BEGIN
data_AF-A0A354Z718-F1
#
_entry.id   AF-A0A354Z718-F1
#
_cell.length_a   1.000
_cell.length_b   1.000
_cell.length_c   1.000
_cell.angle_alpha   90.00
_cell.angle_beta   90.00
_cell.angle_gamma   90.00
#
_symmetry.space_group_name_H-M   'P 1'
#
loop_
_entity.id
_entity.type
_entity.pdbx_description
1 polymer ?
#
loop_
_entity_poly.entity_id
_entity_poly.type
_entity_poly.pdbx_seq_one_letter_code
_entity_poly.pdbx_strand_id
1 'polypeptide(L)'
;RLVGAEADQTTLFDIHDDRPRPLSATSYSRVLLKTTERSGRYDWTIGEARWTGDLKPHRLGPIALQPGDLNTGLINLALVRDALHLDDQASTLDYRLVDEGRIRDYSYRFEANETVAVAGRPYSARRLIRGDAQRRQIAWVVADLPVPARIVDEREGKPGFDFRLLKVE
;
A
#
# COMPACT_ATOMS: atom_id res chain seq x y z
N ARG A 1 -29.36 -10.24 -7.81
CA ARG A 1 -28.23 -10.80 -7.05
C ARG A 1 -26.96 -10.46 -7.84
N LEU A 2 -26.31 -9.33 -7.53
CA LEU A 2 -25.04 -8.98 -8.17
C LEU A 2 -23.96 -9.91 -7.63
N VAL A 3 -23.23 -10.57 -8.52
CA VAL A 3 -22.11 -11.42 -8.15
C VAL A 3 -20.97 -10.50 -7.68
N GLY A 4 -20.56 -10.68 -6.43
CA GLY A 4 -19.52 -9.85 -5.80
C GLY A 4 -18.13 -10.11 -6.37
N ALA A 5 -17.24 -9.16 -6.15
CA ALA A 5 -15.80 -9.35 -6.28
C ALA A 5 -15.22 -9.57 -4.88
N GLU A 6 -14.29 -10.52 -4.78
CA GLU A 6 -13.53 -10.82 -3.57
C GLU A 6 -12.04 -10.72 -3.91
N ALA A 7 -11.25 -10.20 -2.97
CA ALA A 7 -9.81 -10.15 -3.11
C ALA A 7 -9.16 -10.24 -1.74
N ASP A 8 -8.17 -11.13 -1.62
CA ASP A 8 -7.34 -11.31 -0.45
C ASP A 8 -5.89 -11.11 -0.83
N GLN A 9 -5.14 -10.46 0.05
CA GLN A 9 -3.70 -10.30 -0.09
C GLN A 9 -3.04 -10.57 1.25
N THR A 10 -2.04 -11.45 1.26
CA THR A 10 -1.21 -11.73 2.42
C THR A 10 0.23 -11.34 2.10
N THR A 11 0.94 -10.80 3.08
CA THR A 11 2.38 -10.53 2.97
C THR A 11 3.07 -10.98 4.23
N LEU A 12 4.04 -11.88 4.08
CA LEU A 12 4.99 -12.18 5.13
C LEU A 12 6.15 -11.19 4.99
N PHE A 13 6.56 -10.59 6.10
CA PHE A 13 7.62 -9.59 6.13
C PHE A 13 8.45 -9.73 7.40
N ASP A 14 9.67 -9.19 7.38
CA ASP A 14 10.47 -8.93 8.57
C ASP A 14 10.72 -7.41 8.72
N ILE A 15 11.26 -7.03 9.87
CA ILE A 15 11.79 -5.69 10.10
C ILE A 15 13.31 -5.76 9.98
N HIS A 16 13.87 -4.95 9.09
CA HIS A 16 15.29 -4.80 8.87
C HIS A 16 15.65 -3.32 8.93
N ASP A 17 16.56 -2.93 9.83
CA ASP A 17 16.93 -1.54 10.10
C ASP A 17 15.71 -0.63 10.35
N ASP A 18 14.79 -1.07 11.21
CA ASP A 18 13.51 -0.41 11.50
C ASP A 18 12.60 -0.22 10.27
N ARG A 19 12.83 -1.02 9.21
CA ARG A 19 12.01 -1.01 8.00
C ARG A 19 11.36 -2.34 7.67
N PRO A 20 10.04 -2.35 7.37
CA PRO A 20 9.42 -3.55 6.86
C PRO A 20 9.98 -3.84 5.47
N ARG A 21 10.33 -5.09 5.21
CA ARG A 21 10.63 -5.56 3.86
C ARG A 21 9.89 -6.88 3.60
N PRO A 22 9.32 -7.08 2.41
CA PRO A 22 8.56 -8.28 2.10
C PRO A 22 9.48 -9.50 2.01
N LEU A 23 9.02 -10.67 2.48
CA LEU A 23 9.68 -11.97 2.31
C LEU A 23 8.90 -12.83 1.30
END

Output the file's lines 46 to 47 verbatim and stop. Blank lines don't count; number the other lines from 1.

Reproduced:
N GLU A 6 -14.29 -10.52 -4.78
CA GLU A 6 -13.53 -10.82 -3.57